I’ve Got a Clot in My Klout: Influence Across a Distributed Social Web.
By Jeff Sayre
I’ve been a fan of Klout since its inception. I was a relatively early adopter of its services and believer in its ideal to become the standard for influence measurement. I still use Klout and believe in their vision. Why else would I place a Klout widget on my About Me page?
But there are two issues that I wish to address. First, only one of the six listed most influential topics on my Klout profile make sense. Second, without connecting my Facebook account, I’m significantly penalized.
These two issues have big ramifications for those of use trying to build the Social Web.
Luke, Use the Foci
About three or four months ago, I tweeted the same observation concerning the most influential topics list on my Klout profile. Someone from Klout promptly @replied to my tweet stating that with continued use, the algorithms would more accurately determine my most influential topics. But this list has remained unchanged.
I have not bothered to check this assertion, but I believe that sixty percent of my time tweeting and ninety percent of my time writing is spent on the topic of a user-centric, distributed Social Web. This is divided between generic categories of Internet freedoms (GPL, open source in general, net neutrality, data portability, privacy, identity, BuddyPress) and Web 3.0 (Semantic Web/Linked Data, smartups, WebID, FOAF, RDFa).
Yet my Klout profile does not reflect any of that. In fact, “Indiana” is one of my listed most influential topics when I would guess that fewer than 1% of my tweets have used that word.
Of course, I could be wrong. Klout can scour my backtweets a lot more efficiently and effectively than I can. It may be that fewer of my tweets are about those topics than I realize, that few people retweet any of my tweets that are about my primary foci. Perhaps I engage in conversational chatter on Twitter more often than I think.
Whatever the actual truth held within my Twitter data, I’d be very surprised if “Indiana, SEO, Design, Influence, Google” are my most popular topics. I rarely use any of those words in my Tweets or hashtags.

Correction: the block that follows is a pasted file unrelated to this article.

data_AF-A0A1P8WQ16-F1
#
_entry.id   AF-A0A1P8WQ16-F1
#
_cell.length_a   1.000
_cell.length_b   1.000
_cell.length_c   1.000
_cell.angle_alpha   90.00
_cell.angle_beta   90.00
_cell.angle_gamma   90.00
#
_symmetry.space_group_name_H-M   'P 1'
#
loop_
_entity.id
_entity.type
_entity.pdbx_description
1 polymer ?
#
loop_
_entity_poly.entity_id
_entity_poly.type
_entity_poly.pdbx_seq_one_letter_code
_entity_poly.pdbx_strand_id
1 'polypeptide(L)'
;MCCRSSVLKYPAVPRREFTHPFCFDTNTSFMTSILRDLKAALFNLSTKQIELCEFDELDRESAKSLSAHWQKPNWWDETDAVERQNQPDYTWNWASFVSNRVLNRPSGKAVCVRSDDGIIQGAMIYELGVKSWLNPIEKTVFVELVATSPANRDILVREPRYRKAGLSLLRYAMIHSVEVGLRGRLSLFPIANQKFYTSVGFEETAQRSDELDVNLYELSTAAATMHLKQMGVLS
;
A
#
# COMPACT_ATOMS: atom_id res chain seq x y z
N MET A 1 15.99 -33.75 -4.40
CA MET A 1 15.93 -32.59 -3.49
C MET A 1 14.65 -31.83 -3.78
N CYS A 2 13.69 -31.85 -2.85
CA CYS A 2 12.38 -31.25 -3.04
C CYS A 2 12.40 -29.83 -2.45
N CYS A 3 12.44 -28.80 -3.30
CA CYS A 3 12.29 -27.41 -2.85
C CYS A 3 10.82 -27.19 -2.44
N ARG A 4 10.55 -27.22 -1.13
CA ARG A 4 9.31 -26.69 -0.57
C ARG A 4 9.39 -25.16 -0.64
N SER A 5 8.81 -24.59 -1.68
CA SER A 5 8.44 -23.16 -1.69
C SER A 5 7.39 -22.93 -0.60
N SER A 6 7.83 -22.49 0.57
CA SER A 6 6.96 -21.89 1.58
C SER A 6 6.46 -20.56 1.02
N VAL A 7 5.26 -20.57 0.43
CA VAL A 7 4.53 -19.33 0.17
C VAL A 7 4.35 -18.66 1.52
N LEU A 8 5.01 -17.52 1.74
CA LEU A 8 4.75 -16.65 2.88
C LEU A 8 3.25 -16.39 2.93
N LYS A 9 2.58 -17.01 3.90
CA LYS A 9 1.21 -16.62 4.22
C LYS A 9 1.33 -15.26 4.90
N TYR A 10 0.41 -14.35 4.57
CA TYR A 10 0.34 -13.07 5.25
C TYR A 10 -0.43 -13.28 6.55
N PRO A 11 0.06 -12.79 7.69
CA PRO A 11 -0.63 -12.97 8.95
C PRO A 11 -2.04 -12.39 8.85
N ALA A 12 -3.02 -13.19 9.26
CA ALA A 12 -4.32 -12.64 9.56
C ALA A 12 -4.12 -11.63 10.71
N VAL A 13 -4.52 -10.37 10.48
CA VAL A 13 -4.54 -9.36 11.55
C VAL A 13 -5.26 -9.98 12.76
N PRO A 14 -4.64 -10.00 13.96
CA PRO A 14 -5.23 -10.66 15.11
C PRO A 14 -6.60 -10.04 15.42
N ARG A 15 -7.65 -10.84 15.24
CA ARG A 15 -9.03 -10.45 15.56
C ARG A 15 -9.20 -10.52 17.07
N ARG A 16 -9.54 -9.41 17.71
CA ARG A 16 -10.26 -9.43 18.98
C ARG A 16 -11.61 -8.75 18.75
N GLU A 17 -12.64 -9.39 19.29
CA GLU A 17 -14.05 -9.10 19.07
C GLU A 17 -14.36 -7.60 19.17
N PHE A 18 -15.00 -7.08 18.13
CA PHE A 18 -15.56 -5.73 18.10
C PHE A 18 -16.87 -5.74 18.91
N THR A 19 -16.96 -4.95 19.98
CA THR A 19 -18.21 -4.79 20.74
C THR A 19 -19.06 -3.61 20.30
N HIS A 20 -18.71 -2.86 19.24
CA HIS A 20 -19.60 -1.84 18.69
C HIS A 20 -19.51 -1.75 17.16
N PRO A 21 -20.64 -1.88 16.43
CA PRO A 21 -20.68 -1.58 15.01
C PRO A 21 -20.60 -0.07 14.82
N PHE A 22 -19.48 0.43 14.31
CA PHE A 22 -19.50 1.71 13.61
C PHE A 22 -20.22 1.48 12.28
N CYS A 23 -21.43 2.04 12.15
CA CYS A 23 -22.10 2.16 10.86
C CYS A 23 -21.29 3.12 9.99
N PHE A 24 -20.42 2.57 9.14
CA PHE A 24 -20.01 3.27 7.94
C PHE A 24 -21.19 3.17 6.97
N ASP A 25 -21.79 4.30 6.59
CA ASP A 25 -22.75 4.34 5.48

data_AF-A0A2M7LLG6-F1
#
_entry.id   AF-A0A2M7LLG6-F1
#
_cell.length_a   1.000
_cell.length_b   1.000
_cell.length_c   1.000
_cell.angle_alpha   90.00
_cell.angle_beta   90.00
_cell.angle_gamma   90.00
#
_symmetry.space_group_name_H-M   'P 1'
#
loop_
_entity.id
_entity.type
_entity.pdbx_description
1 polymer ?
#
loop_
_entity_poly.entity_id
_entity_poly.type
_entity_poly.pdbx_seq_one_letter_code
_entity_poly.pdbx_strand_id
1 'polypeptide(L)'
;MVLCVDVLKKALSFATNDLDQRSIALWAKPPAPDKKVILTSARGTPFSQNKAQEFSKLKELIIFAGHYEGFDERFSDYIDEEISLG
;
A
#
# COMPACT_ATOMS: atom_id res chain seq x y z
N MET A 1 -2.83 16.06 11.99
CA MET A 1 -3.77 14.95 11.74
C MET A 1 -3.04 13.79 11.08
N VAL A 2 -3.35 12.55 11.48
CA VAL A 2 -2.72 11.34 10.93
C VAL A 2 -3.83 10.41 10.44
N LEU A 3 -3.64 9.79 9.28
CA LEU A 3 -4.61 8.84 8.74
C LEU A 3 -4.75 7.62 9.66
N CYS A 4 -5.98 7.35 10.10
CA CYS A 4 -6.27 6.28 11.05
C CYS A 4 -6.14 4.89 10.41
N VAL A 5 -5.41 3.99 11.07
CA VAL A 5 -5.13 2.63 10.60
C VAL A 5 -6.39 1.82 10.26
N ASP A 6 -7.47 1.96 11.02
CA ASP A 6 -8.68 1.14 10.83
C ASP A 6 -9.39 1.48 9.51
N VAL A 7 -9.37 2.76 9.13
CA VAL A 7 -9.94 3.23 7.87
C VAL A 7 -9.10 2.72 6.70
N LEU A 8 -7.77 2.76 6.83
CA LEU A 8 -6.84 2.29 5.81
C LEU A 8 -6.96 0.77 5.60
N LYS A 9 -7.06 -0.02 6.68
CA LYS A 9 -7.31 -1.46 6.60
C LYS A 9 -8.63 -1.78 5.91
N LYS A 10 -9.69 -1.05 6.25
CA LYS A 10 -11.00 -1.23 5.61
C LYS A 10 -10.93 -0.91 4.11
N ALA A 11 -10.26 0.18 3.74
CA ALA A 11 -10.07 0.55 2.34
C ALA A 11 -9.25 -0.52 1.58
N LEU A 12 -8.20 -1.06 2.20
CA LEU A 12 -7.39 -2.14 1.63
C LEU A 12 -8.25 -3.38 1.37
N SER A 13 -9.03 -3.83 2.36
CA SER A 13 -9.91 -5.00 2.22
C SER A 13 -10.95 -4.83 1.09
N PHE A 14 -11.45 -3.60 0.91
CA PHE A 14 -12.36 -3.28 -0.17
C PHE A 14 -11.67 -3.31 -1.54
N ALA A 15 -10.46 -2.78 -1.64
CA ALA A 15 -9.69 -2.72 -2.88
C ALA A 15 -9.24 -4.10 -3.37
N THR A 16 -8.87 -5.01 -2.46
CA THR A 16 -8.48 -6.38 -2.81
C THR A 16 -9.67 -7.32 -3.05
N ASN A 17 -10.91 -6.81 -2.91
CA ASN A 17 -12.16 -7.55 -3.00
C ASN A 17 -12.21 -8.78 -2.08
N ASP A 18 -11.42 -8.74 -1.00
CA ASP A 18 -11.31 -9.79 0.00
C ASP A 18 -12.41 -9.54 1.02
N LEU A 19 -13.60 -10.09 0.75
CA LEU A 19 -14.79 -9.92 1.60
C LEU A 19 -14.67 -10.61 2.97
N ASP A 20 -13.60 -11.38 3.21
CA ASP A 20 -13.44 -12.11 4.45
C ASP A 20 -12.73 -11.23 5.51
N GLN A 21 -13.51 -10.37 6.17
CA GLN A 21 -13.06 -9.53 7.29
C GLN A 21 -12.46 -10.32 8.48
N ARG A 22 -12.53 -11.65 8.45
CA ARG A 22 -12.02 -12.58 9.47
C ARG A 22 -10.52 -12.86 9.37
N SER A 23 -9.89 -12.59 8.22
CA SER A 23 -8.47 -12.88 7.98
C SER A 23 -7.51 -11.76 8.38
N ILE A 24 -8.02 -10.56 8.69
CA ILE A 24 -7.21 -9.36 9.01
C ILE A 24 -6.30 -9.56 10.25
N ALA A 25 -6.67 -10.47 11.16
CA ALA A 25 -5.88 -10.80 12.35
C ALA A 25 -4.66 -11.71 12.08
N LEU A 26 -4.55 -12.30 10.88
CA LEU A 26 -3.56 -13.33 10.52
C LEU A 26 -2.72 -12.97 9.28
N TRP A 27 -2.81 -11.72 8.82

I do not spend my time within the dungeons of Mordor, I mean Facebook.
But it could quite possibly be that Klout is accurate, that those are my most influential topics. If so, that means that the vast majority of my time has been wasted, that I shouldn’t bother tweeting about #privacy, #identity, #opensource, #Web30, #BuddyPress, #SemanticWeb, #WebID…etcetera.
I’m of course being somewhat facetious. The reality is that I already know for which issues most people retweet and @mention me—and it is not the topics that Klout claims I’m most influential on. However, when the vast majority of my tweeting and blogging foci aren’t reflected in the self-proclaimed “Standard for Influence”, I have to wonder whether Klout’s algorithms need some tweaking, or whether I’ve got a clot in my Klout.
Interestingly, and on a side note, influence is one of my most influential topics! In my mind that evokes the image of a self-referential, infinite-looping, circular-referencing maelstrom.
An Audience with Sauron
Without connecting my Facebook profile to my Klout profile, I’m penalized forty percent—whatever that means, I don’t like the sound of it.
Although I do have a Facebook account, I do not use Facebook. I think I have four or so people whose friendship I’ve accepted and who are obviously waiting with baited breath to see what I’m going to say. To date, I have not made a single wall post. So, they will be waiting for a lot longer as I plan to never post any content in Facebook.
In fact, I think in 2010, I may have bothered to login to Facebook three times and that was only to checkout one or two aspects of its interface.
Why don’t I use Facebook? If you’ve been following my tweets and reading my articles posted to my site, you will already understand why. Facebook is antithetical to most of what I believe the Social Web is about. I’m professionally working on helping to bring the concept and infrastructure of the Social Web to fruition. Thus, I do not spend my time within the dungeons of Mordor, I mean Facebook.